• Personalized thank you’s: In this era of sending emails, sending a handwritten note thanking the customer for their business can add a personal touch and make customers feel valued. I keep a stash of nice Crane’s stationery to send on special occasions.

  • Follow-up Video Messages: Send personalized video messages to your clients post-purchase, thanking them for their business and summarizing what they should expect next. This not only stands out from standard email communication but also allows you to build a more personal connection.

  • 'Behind the Scenes' Updates: Share real-time, 'behind-the-scenes’ updates with the customers. For instance, a snapshot of their order being packaged or a short clip of the delivery van leaving the warehouse. Maybe your staff thanking them. This makes customers feel part of the process.

  • Lagniappe: In New Orleans (where I sold for a decade following Hurricane Katrina), they have a term called "lagniappe" (pronounced lan-yap), which means a small gift given to a customer by a merchant at the time of purchase. This tradition embodies the spirit of giving more than expected. Incorporate lagniappe into your sales process by including a small surprise gift with the product, whether it's related merchandise or a discount coupon for their next purchase. A pleasant surprise can leave a lasting impression and enhance the customer's overall buying experience.

ASK JOE

I received a question from a reader a few weeks ago that struck a chord with me, particularly in light of our recent discussions about the 'final mile' in sales. It's a scenario that, unfortunately, many of us in the sales industry can relate to.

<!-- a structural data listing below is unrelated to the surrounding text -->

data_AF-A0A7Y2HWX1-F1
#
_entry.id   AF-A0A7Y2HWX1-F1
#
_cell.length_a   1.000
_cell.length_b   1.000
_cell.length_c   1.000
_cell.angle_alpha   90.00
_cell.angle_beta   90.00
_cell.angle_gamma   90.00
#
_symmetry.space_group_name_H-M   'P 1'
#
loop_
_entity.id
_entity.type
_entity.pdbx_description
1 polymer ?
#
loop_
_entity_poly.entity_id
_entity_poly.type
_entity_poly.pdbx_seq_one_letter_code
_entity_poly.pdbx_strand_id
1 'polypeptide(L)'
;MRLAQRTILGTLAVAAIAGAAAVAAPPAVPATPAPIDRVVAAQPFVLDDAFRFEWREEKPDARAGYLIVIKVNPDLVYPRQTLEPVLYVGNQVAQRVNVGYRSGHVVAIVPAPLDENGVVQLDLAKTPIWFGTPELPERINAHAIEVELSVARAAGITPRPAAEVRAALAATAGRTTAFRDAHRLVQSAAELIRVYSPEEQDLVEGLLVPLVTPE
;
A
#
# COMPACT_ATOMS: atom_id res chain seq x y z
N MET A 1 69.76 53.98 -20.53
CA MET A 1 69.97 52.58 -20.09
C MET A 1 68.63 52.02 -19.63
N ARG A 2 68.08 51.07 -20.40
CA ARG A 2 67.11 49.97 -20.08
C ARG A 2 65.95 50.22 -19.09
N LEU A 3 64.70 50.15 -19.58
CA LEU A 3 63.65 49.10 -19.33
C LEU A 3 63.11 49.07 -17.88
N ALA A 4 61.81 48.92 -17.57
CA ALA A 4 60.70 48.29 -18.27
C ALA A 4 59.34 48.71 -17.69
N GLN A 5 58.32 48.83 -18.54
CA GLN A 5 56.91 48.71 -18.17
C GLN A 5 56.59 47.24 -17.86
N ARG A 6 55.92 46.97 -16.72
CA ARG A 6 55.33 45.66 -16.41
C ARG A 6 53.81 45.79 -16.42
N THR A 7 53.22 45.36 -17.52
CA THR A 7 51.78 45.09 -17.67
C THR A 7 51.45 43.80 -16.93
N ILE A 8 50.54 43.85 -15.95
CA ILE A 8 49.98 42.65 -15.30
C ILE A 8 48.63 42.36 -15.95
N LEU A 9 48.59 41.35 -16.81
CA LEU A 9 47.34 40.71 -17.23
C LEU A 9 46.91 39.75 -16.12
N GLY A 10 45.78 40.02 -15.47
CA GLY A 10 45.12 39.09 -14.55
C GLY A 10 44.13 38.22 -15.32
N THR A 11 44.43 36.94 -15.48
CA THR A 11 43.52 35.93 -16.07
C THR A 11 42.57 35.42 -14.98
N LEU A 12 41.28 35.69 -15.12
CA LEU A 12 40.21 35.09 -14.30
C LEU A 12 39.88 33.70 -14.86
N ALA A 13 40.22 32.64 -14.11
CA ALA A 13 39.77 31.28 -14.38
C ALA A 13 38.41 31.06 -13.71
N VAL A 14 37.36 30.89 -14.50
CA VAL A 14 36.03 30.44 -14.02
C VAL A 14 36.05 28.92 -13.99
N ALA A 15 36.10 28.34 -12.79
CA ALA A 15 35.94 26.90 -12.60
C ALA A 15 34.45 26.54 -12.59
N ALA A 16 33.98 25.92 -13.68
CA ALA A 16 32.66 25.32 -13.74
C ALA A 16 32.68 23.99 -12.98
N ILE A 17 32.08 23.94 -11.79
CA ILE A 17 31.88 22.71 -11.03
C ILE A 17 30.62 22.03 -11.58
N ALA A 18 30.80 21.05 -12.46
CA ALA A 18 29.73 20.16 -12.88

Q: Joe, my manager, always steps in at the last moment and doesn’t let me close the sale. Worse, he feels compelled to offer a discount rather than sell on value. Overall it makes me appear less in the customer’s eyes. I’m sick about this trend and thinking of quitting.

This is a challenging situation. Here's my advice:

Firstly, know that your feelings are entirely valid. Being undermined, especially in front of a client, can be incredibly demoralizing. Sales is all about building relationships and trust, and it's hard to do that when you're not given the chance to see things through.

The second thing to note is the issue of discounting versus selling on value. In the long run, competing on price is a race to the bottom. Your manager's impulse to offer a discount instead of selling on the value you've worked so hard to establish is a short-term approach that could harm relationships and profitability in the long run.

So, what to do?

My first suggestion is to have an open and honest conversation with your manager. Express your concerns, focusing on the impact of their actions on the customer relationship and the perceived value of your product or service. Be constructive and offer alternatives. You might suggest being allowed to handle an entire sale by yourself, with your manager only stepping in at your request.

If this doesn't work, consider seeking advice from HR or a trusted mentor within the organization. Sometimes an outside perspective can help facilitate a more productive conversation.

Lastly, remember that this situation does not determine your worth as a salesperson. If you're passionate about sales and are confident in your ability to deliver value, there will be other opportunities where your skills will be better utilized and appreciated.

I hope this advice helps, and remember, never hesitate to assert your value and advocate for yourself in your professional journey.

If you have a question you'd like me to address in the next "Ask Joe" section, please submit it here: https://igniterev.beehiiv.com/c/ask. I'm here to help!

MONDAY MOTIVATION